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Bosch wants annual inspections

Check-up: Bosch will attempt to persuade the government to make annual car inspections mandatory.

Local parts-maker cites safety concerns as it lobbies government in Canberra

General News logo5 Dec 2011


THE giant Robert Bosch car parts group will meet Senator Kim Carr on Wednesday in a bid to persuade the federal government to introduce annual vehicle inspections across the country.

The proposal is one of several topics the president of Robert Bosch Australia, Gavin Smith, will raise when he meets the Minister for Innovation, Industry, Science and Research in Canberra.

Mr Smith, the first Australian to head the local arm of Bosch since it was established in Melbourne in 1922, said the company’s ‘Road Safety for Everyone’ proposal – which is part of an international campaign – is driven by the need to ensure that cars are as good as they can be in emergency situations.

He told GoAuto that better-maintained older cars will not only save lives and reduce road trauma, they will also produce an environmental benefit.

Mr Smith said he believed that annual inspections might also generate some new cars sales that could help the ailing local carmakers.

The slump in sales of locally made cars in recent years was the main reason behind Bosch’s decision to shift several of its automotive parts manufacturing operations offshore over the next two years.

But Mr Smith said road safety is the main thrust of the company’s proposal.

 center imageLeft: Minister for Innovation, Industry, Science and research Kim Carr.

“If I buy a car today, I can quite happily drive it uninterrupted for as long as I like and never have it inspected, never have it serviced and never have any care for the safety elements in that vehicle,” he said.

“It only becomes a problem for me if I want to sell it. That’s a nonsense.”

Annual inspections are required in Germany and other parts of Europe, New Zealand and in many other places, Mr Smith said.

He sees the introduction of annual inspections as a logical step forward from the recent mandatory introduction of electronic stability control, starting in Victoria from January 1 this year across the country from this month for all new models.

“That means new cars have technology that makes them safer, but we have millions of cars on the road that don’t have that. So what do we do about those cars?” said Mr Smith.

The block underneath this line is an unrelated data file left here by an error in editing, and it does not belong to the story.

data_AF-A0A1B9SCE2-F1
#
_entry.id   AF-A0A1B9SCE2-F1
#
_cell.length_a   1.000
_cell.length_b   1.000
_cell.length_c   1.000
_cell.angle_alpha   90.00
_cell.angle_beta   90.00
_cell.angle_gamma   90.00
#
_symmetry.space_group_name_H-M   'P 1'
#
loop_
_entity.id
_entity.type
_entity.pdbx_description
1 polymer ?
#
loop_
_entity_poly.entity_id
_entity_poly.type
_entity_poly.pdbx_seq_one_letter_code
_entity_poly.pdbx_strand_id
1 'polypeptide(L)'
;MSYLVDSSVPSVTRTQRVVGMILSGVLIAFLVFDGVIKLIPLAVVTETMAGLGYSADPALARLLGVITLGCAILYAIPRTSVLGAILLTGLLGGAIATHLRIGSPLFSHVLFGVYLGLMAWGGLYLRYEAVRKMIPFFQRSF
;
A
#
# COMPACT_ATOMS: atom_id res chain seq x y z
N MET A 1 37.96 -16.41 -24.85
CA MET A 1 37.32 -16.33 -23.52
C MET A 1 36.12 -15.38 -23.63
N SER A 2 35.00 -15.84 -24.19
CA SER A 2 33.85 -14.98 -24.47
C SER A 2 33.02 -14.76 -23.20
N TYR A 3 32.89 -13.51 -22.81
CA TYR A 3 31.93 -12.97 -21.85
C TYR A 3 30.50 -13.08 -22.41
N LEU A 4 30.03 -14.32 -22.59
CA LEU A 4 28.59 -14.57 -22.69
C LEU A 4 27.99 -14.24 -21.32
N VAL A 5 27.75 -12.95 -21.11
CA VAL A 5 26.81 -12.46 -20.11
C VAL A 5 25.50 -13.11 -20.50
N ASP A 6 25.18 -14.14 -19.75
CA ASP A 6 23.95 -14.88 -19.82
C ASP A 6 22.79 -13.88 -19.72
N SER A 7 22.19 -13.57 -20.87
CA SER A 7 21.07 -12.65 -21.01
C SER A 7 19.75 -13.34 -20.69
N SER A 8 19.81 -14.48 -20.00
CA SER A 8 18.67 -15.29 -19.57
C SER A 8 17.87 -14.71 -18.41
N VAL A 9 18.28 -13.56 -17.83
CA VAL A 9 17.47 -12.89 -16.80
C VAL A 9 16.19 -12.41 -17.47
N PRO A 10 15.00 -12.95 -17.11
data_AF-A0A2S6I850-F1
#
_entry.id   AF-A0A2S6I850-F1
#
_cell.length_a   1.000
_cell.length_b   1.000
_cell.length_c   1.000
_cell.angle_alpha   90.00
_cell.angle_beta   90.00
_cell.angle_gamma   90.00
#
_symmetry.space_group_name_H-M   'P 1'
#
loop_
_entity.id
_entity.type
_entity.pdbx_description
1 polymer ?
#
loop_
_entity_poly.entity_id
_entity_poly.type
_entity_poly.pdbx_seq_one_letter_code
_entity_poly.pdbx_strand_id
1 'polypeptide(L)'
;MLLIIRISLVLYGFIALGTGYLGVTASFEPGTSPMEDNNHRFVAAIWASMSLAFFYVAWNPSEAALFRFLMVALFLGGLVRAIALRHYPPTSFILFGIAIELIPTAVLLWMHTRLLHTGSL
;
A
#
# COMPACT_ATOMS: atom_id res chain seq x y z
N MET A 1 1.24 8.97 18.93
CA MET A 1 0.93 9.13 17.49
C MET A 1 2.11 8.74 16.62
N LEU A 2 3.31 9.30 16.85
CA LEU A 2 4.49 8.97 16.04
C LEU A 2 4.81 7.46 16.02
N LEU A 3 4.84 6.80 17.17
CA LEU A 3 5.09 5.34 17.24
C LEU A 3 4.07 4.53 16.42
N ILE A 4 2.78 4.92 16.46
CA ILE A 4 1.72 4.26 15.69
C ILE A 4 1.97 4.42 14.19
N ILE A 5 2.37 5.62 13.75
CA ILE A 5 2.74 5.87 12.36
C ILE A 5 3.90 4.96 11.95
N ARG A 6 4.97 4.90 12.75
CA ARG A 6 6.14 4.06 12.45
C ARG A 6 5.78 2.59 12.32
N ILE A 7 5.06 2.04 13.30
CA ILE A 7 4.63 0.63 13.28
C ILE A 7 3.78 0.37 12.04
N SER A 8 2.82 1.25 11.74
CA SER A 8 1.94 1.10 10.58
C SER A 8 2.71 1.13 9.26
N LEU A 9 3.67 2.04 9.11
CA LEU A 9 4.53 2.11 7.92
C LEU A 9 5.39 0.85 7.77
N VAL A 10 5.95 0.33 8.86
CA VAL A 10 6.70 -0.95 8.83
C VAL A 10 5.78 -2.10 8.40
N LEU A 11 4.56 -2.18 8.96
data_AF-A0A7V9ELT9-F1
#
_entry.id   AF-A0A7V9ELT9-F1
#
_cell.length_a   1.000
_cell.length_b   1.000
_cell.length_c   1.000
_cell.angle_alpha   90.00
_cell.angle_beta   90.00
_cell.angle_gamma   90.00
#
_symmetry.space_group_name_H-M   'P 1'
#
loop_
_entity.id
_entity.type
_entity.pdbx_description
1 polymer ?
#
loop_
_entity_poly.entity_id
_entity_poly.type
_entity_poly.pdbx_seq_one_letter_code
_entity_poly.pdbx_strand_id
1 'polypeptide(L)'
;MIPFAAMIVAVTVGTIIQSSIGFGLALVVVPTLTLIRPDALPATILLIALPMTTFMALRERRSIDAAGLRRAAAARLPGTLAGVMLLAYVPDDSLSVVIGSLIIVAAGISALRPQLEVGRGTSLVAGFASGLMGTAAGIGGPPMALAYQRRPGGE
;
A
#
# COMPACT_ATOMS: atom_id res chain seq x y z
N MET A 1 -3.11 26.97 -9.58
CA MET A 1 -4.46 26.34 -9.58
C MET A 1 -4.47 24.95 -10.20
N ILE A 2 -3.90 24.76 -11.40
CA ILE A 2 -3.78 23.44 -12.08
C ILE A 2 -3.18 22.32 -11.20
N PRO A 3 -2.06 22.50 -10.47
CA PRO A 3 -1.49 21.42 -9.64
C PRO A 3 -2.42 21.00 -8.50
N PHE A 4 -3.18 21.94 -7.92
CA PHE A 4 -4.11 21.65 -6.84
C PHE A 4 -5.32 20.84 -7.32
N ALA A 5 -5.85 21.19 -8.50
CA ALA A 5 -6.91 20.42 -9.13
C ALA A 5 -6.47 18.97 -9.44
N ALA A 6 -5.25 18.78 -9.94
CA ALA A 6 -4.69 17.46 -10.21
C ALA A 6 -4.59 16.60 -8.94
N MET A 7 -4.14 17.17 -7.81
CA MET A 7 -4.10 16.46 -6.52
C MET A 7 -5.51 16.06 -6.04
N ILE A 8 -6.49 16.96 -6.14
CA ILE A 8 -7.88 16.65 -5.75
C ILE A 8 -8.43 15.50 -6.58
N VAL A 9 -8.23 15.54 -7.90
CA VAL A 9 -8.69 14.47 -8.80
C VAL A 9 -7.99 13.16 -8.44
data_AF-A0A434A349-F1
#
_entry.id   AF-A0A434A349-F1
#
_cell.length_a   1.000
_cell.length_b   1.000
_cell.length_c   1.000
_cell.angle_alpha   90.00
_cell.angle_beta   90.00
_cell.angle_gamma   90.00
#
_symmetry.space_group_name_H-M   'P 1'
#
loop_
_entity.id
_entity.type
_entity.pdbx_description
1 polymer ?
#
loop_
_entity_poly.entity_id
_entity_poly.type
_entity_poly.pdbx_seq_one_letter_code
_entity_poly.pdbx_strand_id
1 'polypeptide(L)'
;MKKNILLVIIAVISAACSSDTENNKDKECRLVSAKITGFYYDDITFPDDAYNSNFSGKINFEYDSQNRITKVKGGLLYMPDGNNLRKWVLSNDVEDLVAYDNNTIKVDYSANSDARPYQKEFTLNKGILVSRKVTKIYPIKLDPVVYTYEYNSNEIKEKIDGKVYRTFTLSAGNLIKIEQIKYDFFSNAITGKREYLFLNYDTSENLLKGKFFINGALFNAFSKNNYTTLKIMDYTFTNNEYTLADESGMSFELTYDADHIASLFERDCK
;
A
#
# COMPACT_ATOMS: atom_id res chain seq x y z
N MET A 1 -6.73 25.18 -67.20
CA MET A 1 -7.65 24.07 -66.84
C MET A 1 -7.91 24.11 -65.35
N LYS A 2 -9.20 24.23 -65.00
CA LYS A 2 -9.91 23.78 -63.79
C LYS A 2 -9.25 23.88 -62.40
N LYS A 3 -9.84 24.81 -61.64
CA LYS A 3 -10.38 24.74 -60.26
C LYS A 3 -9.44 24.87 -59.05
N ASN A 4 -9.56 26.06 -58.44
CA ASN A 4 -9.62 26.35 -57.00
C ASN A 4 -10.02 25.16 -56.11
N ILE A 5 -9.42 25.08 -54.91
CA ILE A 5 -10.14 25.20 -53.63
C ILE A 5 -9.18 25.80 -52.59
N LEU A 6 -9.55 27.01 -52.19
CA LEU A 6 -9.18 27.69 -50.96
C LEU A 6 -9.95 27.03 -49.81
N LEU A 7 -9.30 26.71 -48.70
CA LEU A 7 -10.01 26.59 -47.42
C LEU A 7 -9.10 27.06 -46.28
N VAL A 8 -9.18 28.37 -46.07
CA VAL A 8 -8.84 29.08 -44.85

“If the modern cars are able to brake faster, change direction more easily and are inherently more stable, that means that the older cars that they interact with are at a higher risk of running into them when those modern cars stop faster.”

Mr Smith said it would not be an easy decision for politicians to make because it will force many car owners to spend more on maintaining their cars.

But he said both the Victorian government, with its ESC decision, and the federal government had shown a willingness to tackle difficult policies in recent times.

“I don’t say it is an easy topic, but I guess the (federal) government has demonstrated with the carbon tax and a variety of other initiatives that they are not just looking for the easy way out.

“This is something that I think is worthwhile getting on people’s agenda.”

Bosch Australia did a similar thing five years ago when it started urging governments to think about making ESC compulsory.

“Five years ago we were very vocal about the need for it on new cars. It was a fantastic day when the Victorian Government decided it should be mandatory.

“I think today no-one questions that it was the right thing to be done.

“But are we brave enough to also consider the millions of other cars that are already on the road where there is a basic and inherent resistance by consumers to spend money on appropriate maintenance.”

Mr Smith said it was well proven that car owners have their cars serviced less after the warranty period expires, which leads to an accelerated degradation of the car’s safety performance.

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